Yau Ching

Probing and formally innovative, the work of Hong Kong-born artist Yau Ching strategically pulls apart the conventional relationship between spectator and text. Inverting the roles of "tourist" and "native," Yau Ching rigorously interrogates the politics of representation, particularly in relation to questions of gender, exile, and cultural translation. Difference emerges as a core theme in her work, invoked and challenged by the incongruities of public and private memories.

Yau Ching's imagery is complexly layered, moving from diaristic documentary video to richly processed found footage. Issues of language and the limitations of expression are foregrounded, as she draws upon diverse sources, from personal memoirs and "video letters" to historically disparate literary and theoretical works. Fragmented voices and texts point to the failure of language to fix identity, and to the meanings that can be created through silences. Through overlapping and disruptions, she creates a kind of visual and aural stuttering that echoes the counter-discourse of the outsider. The subjects of Yau Ching's video works seem perpetually caught between visibility and invisibility, and the imagined or forgotten memories of a home that no longer exists.

Yau Ching was born in 1966 in Hong Kong. She gained a B.A. from the University of Hong Kong, receiving the Urban Council Literary Award (Hong Kong). She moved to New York in 1990 to study at the New School for Social Research and the Whitney Museum Independent Study Program. She has taught at the School of Visual Arts, New York; University of California, San Diego and the University of Michigan.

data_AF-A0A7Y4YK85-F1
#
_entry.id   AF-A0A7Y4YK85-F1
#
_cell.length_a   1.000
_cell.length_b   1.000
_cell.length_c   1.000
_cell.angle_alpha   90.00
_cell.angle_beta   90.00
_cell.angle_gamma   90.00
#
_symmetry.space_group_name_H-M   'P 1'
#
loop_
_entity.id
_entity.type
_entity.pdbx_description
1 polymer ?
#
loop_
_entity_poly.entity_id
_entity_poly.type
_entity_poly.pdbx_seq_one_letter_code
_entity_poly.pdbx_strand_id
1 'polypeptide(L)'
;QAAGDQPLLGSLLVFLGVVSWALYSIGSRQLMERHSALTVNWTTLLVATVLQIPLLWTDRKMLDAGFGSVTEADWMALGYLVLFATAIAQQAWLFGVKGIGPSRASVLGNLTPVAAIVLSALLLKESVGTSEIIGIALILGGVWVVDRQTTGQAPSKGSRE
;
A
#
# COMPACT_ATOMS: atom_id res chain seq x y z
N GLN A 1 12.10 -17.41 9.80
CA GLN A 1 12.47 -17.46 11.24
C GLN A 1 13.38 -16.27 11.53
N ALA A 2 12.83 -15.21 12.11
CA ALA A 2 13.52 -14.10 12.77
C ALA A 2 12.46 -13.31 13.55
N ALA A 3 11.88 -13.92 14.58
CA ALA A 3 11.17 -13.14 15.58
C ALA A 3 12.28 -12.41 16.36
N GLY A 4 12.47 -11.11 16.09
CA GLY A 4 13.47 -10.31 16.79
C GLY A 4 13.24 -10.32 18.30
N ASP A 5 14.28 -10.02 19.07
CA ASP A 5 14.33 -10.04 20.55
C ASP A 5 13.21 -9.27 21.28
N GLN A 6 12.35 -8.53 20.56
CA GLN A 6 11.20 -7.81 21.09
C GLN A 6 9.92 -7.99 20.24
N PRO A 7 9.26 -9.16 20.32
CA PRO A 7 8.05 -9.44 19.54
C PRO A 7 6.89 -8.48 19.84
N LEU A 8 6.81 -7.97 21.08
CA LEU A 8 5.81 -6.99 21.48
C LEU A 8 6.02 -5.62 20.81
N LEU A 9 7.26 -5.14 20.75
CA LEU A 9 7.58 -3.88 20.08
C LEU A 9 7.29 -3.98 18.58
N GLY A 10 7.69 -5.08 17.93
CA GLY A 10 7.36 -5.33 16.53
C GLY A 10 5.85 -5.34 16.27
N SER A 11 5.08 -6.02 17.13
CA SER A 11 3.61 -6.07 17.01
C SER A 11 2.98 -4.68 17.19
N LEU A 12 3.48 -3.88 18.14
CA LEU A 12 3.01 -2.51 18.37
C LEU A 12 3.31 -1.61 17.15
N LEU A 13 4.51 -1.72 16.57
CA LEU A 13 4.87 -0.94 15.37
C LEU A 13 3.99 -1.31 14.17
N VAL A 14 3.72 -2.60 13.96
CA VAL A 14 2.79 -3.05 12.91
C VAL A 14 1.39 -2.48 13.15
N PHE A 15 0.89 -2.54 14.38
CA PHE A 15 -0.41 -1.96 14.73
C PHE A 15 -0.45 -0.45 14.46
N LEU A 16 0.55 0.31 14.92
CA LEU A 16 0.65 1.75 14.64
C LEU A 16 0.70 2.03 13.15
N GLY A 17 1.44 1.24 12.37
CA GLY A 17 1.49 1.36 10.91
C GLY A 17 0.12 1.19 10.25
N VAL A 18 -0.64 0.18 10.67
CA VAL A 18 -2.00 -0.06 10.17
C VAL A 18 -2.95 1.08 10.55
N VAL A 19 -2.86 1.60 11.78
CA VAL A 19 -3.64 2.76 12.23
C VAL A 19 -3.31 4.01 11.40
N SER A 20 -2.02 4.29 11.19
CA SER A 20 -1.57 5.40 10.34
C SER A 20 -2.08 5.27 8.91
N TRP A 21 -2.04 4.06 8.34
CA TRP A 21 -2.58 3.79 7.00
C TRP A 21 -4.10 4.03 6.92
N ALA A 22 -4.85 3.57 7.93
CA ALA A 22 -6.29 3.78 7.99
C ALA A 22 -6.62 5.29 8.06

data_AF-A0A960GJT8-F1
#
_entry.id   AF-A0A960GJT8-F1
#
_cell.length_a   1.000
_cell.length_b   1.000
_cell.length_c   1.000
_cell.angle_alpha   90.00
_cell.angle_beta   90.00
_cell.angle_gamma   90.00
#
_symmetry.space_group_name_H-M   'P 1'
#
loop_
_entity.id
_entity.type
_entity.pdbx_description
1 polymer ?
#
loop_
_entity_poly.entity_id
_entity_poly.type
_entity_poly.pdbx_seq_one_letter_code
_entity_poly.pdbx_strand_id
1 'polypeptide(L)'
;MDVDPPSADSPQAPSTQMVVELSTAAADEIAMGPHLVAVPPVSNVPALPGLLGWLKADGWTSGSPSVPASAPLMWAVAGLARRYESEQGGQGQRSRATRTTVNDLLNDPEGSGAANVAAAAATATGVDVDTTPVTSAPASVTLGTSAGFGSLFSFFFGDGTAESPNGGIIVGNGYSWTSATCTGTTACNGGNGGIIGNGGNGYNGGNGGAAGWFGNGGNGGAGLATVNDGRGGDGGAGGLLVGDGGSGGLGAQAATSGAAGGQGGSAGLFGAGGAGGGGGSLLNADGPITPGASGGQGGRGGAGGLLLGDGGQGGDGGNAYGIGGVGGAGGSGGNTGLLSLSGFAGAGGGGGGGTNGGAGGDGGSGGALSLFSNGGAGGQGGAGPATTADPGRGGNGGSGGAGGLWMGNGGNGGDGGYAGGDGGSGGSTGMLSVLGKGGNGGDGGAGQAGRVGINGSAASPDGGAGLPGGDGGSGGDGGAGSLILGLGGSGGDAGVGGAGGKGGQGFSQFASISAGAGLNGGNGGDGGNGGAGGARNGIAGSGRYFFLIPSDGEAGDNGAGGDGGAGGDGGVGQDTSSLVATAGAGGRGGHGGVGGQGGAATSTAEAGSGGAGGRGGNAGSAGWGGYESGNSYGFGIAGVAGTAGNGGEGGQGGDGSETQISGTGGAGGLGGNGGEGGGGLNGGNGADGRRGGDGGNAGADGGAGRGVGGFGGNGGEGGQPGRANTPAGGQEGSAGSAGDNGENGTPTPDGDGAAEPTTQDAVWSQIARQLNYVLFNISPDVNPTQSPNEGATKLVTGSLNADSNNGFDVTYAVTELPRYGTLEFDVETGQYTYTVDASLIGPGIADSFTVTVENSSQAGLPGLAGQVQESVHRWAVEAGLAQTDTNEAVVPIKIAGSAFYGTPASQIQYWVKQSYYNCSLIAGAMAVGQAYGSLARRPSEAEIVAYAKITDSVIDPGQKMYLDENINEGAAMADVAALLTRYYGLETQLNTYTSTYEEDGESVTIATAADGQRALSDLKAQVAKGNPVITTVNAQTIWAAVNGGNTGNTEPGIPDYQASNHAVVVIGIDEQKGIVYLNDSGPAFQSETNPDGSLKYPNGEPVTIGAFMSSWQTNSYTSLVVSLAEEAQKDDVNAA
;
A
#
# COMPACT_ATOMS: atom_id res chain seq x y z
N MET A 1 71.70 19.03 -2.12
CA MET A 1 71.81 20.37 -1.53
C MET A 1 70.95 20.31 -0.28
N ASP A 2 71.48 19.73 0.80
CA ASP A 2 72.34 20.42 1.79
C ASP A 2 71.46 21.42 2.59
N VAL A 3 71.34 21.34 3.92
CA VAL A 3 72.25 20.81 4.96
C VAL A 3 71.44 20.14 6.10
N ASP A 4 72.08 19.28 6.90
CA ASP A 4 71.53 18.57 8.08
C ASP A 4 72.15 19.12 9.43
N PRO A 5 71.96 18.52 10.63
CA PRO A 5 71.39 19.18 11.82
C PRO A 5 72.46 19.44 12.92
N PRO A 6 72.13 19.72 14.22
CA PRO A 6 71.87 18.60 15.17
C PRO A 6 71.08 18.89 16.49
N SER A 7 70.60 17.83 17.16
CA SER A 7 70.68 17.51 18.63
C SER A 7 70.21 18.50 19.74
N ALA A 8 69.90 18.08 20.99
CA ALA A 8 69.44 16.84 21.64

She has received grants and awards from the Jerome Foundation, the Roothbert Fund, New York Foundation for the Arts, Hong Kong Arts Development Council; Lyn Blumenthal Fund for Independent Video; Astraea Foundation Grant; the Asian Cultural Council; and Image Forum, Japan. Yau Ching has had residencies at Video In, Vancouver, Canada; Harvestworks, New York; and Banff Centre for the Arts, Alberta, Canada. Her tapes have been screened at numerous museums, galleries, and festivals including the Hong Kong Arts Centre, Hong Kong; The Museum of Modern Art, New York; Zentrum fur Kunst und Medientechnologie, Karlsruhe, Germany; the London Film Festival; Galerie National du Jeu de Paume, Paris; the World Wide Video Festival in The Hague, The Netherlands; the Asian American International Film Festival, the New York Lesbian and Gay Film Festival, the Yamagata International Film Festival, Japan, the San Francisco International Lesbian and Gay Film Festival, and the Hong Kong International Film festival. She lives in Hong Kong and New York City.